Frequently Asked Questions Concerning Healthcare Disinfecting
What is the difference between ‘disinfectants’ and ‘sanitizers’? What is a ‘sterilant’?

A sanitizer reduces bacteria on environmental surfaces to a level that is considered safe by public health organizations. A food contact surface sanitizer reduces bacterial contamination by 99.999%. A non-food contact surface sanitizer reduces bacterial contamination by 99.9%.
A disinfectant kills all bacteria on environmental surfaces.
A sterilant kills all bacteria and spores on   environmental surfaces. Quaternaries are not sterilants since they are not effective against spores.

What is the difference between ‘limited disinfectant,’ ‘general disinfectant,’ and ‘hospital disinfectant’?


You can determine a “limited,” “general,” or “hospital” disinfectant by the microorganisms listed on the label.


Limited – must be supported by efficacy testing against either Salmonella cholerasuis or Staphylococcus aureus.

General – must be supported by efficacy testing against both Salmonella cholerasuis and Staphylococcus aureus
Hospital – must be supported by AOAC Use Dilution or AOAC Germicidal Spray efficacy testing against Staphylococcus aureus, Salmonella cholerasuis and Pseudomonas aeruginosa.

A “Limited” disinfectant must have the statement “Limited Disinfectant” displayed on the front panel of the label.


A “Hospital” disinfectant will usually state that the product is a “Hospital Disinfectant” or “Meets the requirements for a Hospital Disinfectant.” These statements are not required for a hospital disinfectant.


How do germicidal quaternaries kill microorganisms?


Germicidal quaternaries carry a positive charge. Surfaces of microorganisms (algae, bacteria, fungi, and viruses) carry a negative charge. When a germicidal quaternary is applied, the positively charged quaternary attaches itself to the negative sites on the organism’s cell surface. This results in the disruption of the organism’s cell surface and eventual death.

What is ‘broad spectrum “efficacy”’?


The EPA’s definition of a “broad spectrum” disinfectant is one that has public health claims for all three of the major classes of organisms.

•Bacteria – effective against gram-negative and gram-positive bacteria.
•Fungi – effective against at least one pathogenic fungi (usually Trichophyton mentagrophytes).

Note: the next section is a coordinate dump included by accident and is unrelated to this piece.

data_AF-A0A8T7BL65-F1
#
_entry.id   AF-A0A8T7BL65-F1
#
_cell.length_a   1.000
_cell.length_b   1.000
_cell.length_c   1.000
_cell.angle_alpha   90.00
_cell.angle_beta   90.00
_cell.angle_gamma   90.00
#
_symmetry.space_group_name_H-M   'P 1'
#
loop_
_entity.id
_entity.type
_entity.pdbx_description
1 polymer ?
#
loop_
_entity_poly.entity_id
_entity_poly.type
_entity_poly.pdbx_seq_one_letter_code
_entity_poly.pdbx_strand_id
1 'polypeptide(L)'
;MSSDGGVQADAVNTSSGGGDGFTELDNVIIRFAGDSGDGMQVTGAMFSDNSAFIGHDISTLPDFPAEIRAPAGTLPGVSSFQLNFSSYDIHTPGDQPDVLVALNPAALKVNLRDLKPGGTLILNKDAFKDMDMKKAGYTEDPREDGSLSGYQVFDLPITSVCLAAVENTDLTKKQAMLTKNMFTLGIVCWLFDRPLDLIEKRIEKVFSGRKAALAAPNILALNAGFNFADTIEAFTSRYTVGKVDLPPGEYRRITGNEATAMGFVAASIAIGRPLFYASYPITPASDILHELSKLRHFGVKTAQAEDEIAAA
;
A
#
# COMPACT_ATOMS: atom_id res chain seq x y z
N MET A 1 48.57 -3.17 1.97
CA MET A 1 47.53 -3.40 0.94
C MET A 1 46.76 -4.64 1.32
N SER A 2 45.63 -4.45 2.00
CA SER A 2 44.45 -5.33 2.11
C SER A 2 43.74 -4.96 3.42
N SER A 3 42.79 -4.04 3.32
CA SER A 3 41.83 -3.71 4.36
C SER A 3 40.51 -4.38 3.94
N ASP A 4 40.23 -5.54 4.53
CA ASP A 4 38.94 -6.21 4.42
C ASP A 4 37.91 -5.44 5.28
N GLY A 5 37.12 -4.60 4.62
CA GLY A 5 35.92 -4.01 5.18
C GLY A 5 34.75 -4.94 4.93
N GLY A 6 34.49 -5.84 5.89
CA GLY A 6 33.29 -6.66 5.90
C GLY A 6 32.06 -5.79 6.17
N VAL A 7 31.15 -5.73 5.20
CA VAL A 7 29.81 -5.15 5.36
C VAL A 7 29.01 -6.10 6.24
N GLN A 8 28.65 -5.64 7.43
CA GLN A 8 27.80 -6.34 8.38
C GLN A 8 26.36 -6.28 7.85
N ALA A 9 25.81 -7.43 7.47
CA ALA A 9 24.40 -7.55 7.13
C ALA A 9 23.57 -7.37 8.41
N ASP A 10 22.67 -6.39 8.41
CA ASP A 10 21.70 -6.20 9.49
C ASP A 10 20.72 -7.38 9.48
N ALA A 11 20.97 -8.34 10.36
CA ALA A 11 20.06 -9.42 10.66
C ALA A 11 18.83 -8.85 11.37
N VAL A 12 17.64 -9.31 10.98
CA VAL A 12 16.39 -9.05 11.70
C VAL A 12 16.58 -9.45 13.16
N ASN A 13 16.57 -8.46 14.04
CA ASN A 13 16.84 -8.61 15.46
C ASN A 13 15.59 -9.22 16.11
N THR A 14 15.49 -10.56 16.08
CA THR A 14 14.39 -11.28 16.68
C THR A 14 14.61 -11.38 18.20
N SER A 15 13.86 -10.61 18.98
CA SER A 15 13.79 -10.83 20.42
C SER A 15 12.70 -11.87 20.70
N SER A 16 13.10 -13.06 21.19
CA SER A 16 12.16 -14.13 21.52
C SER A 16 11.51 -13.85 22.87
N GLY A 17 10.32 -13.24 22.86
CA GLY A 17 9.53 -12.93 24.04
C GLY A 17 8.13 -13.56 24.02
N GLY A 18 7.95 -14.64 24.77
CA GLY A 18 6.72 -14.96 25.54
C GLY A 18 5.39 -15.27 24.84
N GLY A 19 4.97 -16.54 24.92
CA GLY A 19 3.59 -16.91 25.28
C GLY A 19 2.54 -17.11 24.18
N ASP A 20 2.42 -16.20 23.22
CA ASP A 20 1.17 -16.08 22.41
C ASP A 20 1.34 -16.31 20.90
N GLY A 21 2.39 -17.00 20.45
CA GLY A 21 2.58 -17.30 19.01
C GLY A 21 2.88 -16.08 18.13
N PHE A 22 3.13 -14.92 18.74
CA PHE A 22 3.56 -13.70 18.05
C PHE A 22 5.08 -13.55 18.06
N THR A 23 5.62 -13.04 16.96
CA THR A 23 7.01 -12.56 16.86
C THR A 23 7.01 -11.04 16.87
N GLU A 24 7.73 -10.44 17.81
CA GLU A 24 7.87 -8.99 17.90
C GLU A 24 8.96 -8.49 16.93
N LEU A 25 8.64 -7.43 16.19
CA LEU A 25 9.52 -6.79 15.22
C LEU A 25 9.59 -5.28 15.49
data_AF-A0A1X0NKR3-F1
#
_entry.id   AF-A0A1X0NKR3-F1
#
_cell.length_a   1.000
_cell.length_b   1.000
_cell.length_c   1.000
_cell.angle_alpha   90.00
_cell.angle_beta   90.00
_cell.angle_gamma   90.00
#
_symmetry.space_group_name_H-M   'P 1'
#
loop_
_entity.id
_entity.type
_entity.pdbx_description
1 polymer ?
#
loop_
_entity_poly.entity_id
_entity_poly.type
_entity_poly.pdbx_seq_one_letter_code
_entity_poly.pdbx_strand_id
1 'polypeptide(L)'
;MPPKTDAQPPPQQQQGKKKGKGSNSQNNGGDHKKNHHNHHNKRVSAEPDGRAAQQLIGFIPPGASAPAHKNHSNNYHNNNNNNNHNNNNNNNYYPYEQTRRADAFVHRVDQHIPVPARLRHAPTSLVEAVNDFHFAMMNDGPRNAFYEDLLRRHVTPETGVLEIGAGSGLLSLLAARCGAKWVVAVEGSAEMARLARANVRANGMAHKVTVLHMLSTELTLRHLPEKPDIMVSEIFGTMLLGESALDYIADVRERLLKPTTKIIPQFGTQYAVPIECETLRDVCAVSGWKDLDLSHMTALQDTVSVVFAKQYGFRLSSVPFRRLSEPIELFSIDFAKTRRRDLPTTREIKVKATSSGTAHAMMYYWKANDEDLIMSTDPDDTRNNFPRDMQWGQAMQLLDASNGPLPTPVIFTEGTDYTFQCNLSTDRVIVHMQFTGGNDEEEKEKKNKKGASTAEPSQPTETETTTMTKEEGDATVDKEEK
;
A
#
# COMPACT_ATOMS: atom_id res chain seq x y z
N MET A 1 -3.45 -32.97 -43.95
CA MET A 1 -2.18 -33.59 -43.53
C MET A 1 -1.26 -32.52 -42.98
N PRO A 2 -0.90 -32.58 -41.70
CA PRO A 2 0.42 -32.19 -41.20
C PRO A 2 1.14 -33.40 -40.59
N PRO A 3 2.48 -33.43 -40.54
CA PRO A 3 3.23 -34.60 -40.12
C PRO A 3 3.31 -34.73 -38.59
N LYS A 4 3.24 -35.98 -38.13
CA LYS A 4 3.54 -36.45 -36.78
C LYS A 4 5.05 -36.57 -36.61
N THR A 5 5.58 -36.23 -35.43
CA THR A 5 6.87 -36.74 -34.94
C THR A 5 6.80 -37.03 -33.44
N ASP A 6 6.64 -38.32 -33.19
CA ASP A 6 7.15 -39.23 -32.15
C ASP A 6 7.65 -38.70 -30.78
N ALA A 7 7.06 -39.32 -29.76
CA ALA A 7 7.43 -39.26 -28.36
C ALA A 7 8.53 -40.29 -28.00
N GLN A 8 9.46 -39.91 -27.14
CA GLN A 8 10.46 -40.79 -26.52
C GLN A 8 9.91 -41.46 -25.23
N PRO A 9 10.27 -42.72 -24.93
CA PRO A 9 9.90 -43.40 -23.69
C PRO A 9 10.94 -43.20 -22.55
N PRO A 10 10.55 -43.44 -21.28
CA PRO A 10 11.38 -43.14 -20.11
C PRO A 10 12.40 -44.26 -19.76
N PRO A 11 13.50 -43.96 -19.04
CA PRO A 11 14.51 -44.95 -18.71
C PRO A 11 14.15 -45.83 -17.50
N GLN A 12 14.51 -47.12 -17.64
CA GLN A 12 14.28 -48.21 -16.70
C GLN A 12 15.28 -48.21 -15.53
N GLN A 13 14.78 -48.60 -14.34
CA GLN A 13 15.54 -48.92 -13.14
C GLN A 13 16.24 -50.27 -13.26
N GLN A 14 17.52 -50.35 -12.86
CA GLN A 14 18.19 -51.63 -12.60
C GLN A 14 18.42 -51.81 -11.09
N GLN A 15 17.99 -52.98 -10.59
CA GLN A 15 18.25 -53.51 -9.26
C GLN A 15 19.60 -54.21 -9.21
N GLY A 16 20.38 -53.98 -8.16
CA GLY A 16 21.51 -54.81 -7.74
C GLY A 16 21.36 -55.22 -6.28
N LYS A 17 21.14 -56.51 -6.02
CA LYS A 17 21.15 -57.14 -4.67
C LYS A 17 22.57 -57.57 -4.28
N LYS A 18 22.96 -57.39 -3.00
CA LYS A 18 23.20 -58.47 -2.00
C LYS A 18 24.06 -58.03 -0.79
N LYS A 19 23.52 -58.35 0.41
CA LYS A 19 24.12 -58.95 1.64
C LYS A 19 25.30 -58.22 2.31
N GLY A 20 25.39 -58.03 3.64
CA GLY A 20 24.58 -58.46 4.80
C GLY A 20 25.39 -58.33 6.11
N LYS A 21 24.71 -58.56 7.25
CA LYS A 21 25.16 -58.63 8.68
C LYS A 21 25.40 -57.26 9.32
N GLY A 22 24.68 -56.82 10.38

•Viruses – effective against pathogenic viruses (at least one enveloped virus such as Influenza A and one non-enveloped virus such as Adenovirus).
Sanitizers are not considered broad spectrum by EPA’s definition since they are only meant to reduce bacteria levels.

What is a ‘neutral disinfectant’? Should I be using a ‘neutral disinfectant’? Are all ‘neutral disinfectants’ the same?


The term neutral refers to the pH of the disinfectant. A neutral disinfectant could have a pH as low as a 6 and as high as 8.5. Whether or not a customer should be using a neutral disinfectant is dependent on end use application. Neutral disinfectants are less likely to dull high gloss floor finishes with repeated use. Typically, medical care facilities prefer neutral disinfectant cleaners. Not all neutral disinfectants are the same. The use dilution, active ingredient(s) and/or surfactant (cleaning agents) could be different.

Are there products with claims against blood borne pathogens (HIV, HAV, HBV, HCV)?


Yes, there are many end use registrations that have claims against these blood borne pathogens. See Product efficacy chart for details.


Are there any end use registrations that are tuberculocidal?

Yes, Fight Bac RTU, TB Plus and TB Plus Spray are all tuberculocidal.

Why should I care about contact time?


The shorter the contact time, the shorter the time needed to perform the disinfectant process. The maximum contact time for a disinfectant is 10 minutes. We offer disinfectants with a shorter contact time. This allows for labor savings. The required contact time for food-contact surface sanitizers is 1 minute. For non-food contact sanitizers, contact time is less than or equal to 5 minutes.